• When asked his secret to doing so well with aging, he replies, “You just gotta stay away from those old people, you’ll catch it.”
  • I once asked him what similarities he sees between his mother and his kids. He said his daughter is bossy like his mom was, and so are his daughter-in-laws. In fact, he doesn’t even really need a doctor because they just let him know what to do. 🙂 When I had one of my first boyfriends, Papa asked if he let me boss him around. I said yes to which he replied, “That’s good, you need someone to boss around.”

I could keep on going, and perhaps some day I will. I just know I am so lucky to have my Papa and I make sure he knows that. I feel awful there are people out there that are made to feel like the man who wrote this poem did.

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12 thoughts on “Cranky Old Man

  1. Wow- First visit to your blog and this post made me laugh, cry and smile all at once! Thank you… for both the poem and the beautiful vision of your papa. All my grandparents (and my Dad) are passed, but this made me fondly remember them and all their idiosyncrasies!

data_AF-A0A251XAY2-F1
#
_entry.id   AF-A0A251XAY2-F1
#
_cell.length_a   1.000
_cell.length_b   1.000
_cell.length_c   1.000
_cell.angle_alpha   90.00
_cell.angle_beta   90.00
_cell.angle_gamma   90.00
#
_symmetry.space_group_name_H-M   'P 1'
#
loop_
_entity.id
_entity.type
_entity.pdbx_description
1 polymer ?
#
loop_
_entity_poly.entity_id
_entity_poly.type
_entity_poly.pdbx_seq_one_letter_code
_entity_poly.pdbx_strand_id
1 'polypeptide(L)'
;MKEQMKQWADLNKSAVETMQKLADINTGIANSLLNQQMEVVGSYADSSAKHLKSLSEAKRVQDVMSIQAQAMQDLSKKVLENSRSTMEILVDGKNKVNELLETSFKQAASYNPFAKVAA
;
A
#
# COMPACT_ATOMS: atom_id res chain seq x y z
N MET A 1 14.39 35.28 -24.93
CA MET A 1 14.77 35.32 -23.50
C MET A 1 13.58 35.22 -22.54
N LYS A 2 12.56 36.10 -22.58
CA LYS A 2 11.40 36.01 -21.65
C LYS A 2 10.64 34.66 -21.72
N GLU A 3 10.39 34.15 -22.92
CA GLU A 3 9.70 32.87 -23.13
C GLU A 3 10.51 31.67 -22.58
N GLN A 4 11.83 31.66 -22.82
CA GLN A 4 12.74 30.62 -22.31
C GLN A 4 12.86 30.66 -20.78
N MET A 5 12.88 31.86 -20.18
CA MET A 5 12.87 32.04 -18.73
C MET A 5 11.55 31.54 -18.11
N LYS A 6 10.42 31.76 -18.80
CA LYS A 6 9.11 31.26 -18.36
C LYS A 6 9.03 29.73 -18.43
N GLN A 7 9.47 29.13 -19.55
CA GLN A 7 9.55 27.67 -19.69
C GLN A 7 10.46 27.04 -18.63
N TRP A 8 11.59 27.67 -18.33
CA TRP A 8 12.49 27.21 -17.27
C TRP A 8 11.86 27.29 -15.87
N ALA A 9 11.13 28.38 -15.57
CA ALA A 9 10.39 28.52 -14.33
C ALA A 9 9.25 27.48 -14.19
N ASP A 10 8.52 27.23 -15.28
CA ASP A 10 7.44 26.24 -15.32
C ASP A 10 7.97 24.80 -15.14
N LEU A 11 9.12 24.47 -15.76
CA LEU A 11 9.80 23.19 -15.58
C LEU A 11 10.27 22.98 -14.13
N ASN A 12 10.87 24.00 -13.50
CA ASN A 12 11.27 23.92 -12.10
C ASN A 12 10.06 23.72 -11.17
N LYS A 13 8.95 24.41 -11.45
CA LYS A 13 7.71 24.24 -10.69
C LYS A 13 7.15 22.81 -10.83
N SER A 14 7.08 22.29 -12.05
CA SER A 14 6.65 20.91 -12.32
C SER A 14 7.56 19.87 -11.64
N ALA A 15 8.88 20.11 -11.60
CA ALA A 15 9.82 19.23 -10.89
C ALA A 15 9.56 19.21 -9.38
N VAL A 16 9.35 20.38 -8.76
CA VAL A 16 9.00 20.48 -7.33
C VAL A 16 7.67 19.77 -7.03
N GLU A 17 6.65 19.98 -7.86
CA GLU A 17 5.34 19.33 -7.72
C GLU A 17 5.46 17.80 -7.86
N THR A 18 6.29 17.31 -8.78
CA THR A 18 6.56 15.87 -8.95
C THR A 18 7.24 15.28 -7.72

Also- the line: “But inside this old carcass . A young man still dwells,” made me think of all of us with chronic illness… “My body may feel like it’s 90 but my soul is still young at heart!”
    Can’t wait to read more of your posts!

    Like

    1. I’m sorry you’ve lost so many in your life, but thanks for sharing how my post made you feel! 🙂 I agree the poem could apply in a lot of ways to people with chronic illness. We never stop being who we are.

      Like